Industry Culture – Who Shapes It?

This topic contains 5 replies, has 6 voices, and was last updated by  Eric Hubacheck 1 week, 5 days ago.

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  • #109996

    Paul Gray, MBA
    Participant

    As we explore culture of a company and our need to understand it, especially in contemplating M&A activities, it is interesting to explore the question as to whether the organization’s culture is largely influenced by (a) National Ways of Being? (b) The Regulatory Environment? or (c) The underlying ethics, principles and behavior of the founders? Your thoughts?

    #110164

    Connie Howe
    Participant

    For smaller organisations, culture is largely influenced by (c) the underlying ethics, principles and behavior of the founders. For larger organisations, it would be a combination of (a), (b) and (c) as well as other internal and external factors such as consumer movement and non government organisations.

    #110281

    Rubhen Jeya
    Participant

    It depends by reputation of the company (and the need to live up to it) and the industry. In the commodity industry, especially on the traffic component – several players are known as ruthless. In the case of the mergers of equals, it was the acquiring CEO who had a dominant personality and culture of that company shaped the merged entity.

    #110440

    Sonia Shah
    Participant

    I think that’s a great discussion topic. I believe that an organization’s culture is largely influenced by National Ways of Being as well as The Regulatory Environment and The underlying ethics, principles and behavior of the founders. In the engineering and construction industry, I absolutely see that to be the case, and particularly the last point re ethics and principles/behaviour of the founders if it is a smaller ‘mom and pop’ business.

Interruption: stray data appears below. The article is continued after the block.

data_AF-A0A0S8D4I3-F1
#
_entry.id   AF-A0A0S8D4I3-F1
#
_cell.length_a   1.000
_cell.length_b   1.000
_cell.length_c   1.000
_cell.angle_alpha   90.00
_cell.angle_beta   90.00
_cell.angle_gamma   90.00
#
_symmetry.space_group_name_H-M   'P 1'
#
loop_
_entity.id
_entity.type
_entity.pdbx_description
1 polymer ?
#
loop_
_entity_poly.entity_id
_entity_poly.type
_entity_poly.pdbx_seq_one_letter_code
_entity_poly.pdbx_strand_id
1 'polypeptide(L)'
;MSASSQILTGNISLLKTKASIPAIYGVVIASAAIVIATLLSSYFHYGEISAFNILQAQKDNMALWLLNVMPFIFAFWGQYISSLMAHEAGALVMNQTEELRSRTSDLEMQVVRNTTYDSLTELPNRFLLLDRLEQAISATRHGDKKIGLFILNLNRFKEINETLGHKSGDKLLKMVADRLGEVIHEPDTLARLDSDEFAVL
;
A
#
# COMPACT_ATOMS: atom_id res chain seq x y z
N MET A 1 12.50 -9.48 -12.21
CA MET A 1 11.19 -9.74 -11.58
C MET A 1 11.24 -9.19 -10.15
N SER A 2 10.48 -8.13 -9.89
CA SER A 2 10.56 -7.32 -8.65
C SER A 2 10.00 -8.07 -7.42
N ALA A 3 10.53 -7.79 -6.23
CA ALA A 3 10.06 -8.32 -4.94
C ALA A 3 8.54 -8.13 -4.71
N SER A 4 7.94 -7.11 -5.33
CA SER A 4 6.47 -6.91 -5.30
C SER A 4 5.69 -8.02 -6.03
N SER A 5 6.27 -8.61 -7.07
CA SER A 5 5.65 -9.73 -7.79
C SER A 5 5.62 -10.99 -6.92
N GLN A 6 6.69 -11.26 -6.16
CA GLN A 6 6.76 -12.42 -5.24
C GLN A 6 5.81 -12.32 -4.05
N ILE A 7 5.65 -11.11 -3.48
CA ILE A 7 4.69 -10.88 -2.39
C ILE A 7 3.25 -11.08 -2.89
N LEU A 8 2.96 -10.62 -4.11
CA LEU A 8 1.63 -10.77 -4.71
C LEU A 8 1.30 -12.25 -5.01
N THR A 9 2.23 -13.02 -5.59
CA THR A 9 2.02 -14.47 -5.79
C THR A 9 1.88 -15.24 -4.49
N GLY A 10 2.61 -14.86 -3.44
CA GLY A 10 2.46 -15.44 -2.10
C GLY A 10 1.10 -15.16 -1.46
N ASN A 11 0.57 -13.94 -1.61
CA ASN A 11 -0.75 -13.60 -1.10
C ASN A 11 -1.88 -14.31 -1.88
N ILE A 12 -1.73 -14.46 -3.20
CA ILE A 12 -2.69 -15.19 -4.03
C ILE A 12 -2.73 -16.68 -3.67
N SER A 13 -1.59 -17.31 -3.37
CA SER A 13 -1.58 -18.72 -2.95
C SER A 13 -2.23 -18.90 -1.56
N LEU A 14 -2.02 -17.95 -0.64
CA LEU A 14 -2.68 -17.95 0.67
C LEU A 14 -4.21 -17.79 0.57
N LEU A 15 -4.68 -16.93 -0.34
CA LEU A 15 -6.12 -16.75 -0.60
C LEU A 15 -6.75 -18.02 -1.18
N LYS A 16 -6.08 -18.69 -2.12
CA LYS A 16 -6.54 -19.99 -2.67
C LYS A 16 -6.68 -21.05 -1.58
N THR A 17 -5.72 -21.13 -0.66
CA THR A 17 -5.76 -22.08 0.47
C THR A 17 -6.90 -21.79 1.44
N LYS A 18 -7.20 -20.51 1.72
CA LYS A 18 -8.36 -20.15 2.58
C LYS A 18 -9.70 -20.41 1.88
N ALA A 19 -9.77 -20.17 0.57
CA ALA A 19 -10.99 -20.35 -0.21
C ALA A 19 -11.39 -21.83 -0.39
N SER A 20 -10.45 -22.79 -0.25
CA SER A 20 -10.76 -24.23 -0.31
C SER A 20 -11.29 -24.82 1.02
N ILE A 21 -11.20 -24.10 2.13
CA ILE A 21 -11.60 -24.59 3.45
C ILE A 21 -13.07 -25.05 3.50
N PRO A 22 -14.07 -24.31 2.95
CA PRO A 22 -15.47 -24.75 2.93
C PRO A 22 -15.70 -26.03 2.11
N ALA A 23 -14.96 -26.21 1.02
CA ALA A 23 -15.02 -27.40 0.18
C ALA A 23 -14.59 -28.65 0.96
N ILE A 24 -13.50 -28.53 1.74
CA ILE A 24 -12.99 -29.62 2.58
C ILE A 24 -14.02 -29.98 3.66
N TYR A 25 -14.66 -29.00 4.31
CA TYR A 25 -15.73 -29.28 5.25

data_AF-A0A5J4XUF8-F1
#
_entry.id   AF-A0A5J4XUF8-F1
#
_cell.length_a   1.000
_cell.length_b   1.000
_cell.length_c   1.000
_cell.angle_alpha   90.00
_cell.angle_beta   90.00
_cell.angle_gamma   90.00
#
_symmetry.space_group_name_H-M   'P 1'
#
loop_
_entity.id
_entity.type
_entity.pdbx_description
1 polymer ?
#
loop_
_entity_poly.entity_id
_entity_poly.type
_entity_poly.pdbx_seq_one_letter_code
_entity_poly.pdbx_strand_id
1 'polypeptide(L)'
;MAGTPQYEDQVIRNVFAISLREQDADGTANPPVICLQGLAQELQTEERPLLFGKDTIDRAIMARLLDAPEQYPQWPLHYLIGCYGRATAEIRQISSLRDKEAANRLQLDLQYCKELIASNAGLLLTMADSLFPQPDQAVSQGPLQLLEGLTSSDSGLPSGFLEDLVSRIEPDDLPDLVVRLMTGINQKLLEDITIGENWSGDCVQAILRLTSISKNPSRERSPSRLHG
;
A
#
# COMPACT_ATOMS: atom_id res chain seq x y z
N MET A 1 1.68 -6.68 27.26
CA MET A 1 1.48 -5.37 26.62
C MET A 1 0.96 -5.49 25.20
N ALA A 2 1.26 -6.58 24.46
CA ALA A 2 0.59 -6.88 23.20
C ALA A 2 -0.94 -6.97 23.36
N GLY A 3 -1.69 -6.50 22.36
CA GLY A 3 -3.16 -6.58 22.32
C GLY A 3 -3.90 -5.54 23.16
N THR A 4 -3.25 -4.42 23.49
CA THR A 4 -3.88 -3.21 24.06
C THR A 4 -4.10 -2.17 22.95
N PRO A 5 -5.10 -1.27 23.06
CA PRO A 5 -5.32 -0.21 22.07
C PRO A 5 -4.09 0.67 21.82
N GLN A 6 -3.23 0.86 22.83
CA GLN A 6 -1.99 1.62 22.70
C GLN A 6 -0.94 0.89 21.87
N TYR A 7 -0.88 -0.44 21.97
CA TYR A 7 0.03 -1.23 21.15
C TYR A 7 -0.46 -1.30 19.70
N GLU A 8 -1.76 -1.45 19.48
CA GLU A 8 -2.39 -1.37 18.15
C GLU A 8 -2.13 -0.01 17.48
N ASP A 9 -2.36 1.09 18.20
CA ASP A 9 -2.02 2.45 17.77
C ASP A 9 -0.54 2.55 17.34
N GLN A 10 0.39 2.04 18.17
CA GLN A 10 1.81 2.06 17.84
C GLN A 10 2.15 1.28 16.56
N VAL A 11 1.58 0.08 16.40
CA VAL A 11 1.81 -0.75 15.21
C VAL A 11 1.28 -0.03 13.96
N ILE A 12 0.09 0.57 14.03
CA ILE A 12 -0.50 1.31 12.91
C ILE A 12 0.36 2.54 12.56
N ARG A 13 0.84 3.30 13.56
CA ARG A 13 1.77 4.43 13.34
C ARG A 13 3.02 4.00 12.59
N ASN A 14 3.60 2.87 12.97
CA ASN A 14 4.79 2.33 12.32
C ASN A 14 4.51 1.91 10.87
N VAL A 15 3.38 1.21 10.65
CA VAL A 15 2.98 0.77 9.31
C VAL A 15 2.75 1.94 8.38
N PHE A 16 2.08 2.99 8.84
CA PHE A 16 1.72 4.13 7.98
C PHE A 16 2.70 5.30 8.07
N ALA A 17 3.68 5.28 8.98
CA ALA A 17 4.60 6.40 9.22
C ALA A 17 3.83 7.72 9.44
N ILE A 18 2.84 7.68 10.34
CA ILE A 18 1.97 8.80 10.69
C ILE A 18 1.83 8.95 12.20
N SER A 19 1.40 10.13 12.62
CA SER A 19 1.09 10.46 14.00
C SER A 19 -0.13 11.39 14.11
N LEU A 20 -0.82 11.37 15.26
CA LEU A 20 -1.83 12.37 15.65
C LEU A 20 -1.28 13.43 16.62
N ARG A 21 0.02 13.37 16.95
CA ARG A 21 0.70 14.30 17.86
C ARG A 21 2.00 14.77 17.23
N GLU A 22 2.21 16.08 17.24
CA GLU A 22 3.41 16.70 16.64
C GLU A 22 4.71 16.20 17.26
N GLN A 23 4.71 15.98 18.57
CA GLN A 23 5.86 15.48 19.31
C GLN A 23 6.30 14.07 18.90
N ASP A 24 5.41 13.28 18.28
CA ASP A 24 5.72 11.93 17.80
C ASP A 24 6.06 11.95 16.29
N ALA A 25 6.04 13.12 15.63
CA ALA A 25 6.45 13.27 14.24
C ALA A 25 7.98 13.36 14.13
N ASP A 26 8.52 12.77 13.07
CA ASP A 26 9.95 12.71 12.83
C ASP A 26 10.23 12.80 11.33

#111766

    Kent Anderson
    Participant

    I think the automobile industry industry shows just how mono-culture many industries can become. Every car maker, despite claiming to be different, has pursued the same business model of minimal vertical integration, focusing instead upon supplier management and outsourcing. Exposing both the fact of this mono-culture and it’s inherent vulnerability to large market shifts is Tesla. Tesla has rejected this culture and via fresh thoughts and vertical integration has put the rest of the auto industry on their heels.

    #112330

    Eric Hubacheck
    Participant

    Perhaps in industries where regulatory environment is extremely rigid, it’s my hunch the founders must quickly fall in line or they’ll be cast out. Pharma comes to mind here, but I could be mistaken. In industries where there is this sort of “old boys club” or “wild west” mentality, such as exploration/mining or even video games, where the regulatory environment tends to turn a blind eye in many cases, (c) will take over in most companies, even the large ones.

    I am particularly confused & conflicted when thinking of the financial sector. Most large banks you would think would be mainly controlled by (a) and (b), however, it seems like in the world of finance, (a) and (c) aren’t much different when greed takes over! Netflix Dirty Money episode on Wells Fargo comes to mind.

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